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Following an executive order from the president, the Trump administration released its first rundown of recalcitrant local jurisdictions.
Pursuant with an executive order signed by President Trump, ICE’s report details the 10 noncompliant counties with the most detainers received during the reporting period—Jan. 28 through Feb. 3, in this case. Also reported are charges or convictions associated with all suspects whose detainers were declined during the same time period and a running list of jurisdictions with “sanctuary” policies limiting cooperation with ICE.
Detainers are issued for suspects in local custody whom ICE has “probable cause” to believe are undocumented immigrants and, thus, deportable. But some legal experts argue such re-arrests on behalf of ICE put localities at risk of federal lawsuits for unreasonable search and seizure—a violation of the Fourth Amendment of the Constitution.
“When law enforcement agencies fail to honor immigration detainers and release serious criminal offenders, it undermines ICE’s ability to protect the public safety and carry out its mission,” said Thomas Homan, acting ICE director, in a statement. “Our goal is to build cooperative, respectful relationships with our law enforcement partners.”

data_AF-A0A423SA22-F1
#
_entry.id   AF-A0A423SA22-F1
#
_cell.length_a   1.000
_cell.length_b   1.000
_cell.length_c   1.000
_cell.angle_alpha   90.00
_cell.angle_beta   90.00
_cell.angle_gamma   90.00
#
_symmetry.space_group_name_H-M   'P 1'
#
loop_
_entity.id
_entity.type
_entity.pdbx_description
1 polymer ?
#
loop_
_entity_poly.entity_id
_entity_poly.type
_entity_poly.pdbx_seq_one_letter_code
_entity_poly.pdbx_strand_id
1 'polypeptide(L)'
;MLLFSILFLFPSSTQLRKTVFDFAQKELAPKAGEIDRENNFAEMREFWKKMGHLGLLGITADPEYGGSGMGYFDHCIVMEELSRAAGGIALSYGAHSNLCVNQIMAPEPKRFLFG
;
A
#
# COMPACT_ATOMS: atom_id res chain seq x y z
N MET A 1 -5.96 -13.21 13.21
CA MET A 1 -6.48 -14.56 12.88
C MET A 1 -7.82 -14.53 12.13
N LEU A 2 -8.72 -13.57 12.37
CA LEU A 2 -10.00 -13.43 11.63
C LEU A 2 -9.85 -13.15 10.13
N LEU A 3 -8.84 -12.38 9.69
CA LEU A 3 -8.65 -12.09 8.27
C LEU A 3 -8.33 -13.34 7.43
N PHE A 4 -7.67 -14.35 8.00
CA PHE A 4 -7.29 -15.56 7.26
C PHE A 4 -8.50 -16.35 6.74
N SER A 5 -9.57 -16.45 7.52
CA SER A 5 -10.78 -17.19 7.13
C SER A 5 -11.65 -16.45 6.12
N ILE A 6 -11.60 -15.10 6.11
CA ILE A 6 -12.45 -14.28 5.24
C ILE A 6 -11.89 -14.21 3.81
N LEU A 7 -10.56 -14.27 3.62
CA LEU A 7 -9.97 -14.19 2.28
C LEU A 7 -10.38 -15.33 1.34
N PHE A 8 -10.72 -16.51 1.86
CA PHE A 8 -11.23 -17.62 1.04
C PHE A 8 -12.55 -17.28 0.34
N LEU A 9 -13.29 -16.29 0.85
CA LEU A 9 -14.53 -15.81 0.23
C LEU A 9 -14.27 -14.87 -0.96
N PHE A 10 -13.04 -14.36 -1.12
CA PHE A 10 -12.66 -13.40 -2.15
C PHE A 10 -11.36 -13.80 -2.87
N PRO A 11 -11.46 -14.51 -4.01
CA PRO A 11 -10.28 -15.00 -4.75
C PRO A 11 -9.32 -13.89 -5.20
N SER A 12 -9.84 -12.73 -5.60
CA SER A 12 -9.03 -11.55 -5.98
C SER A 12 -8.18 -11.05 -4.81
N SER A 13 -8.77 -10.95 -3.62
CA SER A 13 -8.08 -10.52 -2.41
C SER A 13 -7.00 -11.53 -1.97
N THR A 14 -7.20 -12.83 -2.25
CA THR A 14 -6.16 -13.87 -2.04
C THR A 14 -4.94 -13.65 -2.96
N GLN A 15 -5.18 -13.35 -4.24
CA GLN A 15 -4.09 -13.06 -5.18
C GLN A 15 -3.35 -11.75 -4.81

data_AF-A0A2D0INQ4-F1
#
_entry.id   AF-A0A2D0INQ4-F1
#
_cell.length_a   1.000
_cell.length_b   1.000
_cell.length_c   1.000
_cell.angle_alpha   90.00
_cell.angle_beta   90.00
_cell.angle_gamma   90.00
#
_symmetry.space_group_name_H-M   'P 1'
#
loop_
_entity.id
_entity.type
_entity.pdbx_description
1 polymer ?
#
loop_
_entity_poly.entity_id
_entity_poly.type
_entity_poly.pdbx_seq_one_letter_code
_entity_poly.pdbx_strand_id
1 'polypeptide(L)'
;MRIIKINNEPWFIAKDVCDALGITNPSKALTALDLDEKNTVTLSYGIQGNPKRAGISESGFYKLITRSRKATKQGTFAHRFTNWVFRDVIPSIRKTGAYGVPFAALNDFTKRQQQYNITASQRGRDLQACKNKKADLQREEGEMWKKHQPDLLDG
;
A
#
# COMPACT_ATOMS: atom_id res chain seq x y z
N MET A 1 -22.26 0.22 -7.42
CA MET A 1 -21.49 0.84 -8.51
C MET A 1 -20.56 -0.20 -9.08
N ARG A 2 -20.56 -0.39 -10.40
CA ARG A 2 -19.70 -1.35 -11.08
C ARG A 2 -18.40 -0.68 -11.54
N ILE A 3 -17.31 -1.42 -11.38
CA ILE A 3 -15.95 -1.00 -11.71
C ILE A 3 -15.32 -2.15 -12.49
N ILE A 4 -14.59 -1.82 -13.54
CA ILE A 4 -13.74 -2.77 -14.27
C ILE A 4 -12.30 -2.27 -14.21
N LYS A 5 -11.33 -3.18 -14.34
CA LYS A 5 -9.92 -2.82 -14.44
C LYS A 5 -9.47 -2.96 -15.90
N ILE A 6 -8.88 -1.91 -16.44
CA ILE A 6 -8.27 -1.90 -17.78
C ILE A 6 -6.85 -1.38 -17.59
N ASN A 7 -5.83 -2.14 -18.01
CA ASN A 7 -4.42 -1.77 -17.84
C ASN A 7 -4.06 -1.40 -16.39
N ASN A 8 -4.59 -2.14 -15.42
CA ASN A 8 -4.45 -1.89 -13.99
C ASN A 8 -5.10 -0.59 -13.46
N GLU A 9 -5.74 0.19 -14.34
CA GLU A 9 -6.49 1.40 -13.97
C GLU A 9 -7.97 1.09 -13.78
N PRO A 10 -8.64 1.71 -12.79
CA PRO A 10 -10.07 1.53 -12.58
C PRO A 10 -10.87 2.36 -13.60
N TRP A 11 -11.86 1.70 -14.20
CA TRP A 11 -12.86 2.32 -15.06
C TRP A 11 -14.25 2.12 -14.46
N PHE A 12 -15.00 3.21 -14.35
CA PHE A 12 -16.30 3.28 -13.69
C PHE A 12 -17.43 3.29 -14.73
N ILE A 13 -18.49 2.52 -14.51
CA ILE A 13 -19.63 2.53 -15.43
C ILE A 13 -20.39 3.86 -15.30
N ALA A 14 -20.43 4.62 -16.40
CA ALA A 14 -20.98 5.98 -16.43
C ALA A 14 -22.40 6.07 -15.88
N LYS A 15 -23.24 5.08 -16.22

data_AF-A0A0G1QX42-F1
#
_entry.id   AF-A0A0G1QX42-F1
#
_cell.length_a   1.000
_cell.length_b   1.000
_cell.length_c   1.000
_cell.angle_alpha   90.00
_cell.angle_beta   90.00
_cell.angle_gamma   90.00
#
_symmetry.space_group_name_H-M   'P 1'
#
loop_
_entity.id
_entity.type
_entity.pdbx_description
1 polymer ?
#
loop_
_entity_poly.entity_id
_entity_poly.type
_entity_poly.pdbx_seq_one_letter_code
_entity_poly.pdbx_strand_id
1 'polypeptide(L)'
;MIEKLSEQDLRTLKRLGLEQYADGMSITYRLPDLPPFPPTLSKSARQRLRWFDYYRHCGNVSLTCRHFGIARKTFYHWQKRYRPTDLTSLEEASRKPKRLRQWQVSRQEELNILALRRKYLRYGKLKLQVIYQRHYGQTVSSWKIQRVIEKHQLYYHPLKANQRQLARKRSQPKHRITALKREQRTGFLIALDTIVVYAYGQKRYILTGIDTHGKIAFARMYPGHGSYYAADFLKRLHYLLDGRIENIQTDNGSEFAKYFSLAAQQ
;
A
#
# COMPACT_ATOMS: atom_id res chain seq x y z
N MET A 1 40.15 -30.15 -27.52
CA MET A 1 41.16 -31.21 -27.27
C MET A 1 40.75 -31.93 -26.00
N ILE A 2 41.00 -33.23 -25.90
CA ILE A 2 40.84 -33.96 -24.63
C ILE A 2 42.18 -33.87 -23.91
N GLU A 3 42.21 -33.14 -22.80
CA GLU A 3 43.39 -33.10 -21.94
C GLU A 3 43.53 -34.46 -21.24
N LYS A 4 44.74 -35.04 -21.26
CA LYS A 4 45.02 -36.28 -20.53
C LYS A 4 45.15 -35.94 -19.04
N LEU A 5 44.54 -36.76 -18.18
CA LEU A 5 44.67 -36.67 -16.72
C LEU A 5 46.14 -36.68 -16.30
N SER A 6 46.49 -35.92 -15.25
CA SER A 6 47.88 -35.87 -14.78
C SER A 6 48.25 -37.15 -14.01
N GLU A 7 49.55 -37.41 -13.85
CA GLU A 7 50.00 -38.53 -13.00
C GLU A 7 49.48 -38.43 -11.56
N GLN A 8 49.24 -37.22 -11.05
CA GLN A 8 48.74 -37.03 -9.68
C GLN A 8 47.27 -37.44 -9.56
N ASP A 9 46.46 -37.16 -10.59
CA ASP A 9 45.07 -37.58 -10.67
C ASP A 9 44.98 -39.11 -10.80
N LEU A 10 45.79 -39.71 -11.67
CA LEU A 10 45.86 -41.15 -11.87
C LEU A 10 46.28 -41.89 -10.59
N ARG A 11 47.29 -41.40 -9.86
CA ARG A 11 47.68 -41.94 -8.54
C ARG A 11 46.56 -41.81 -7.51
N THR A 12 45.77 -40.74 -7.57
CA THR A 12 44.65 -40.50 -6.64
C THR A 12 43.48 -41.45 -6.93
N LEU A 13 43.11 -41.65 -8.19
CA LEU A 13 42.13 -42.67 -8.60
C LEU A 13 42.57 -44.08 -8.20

Because local law enforcement doesn’t generally notify ICE when a detainer is declined, the agency’s report only consists of noncompliance it’s aware of. During the reporting period, 3,083 detainers were issued, and that number is likely to increase in future reports because ICE plans to resume sending detainers to known uncooperative jurisdictions.
Clark County, Nevada, led noncompliant counties in number of detainers received with 51, followed by Nassau County, New York, with 38 and Cook County, Illinois, with 13. Together, the top 10 noncompliant counties for detainers comprised 5.1 percent of all the ones received.
Detention centers were found to have declined a total of 206 detainers during the reporting period, many of them issued by ICE years prior—February 2014 being the earliest. ICE not only listed convictions of suspects involved—fraud, drug and weapon possession and domestic violence for instance—but also cases where suspects have only been charged and not found guilty in a court of law.
Suspect citizenship was also recorded with not a single detainer issued for a person of European origin.
An ICE official advised against drawing long-term conclusions from one week’s worth of data, adding the agency places detainers on anyone “amenable to removal,” including Europeans. No detainers were intentionally excluded from the report, the official said.
Ithaca, New York, was the most recent local jurisdiction to make ICE’s compendium of governments passing policies limiting cooperation with immigration enforcement. A February municipal code change states the city will work with ICE under “limited, specified circumstances” like violent crimes or terrorist attacks.
Dave Nyczepir is a News Editor at Government Executive’s Route Fifty and is based in Washington, D.C.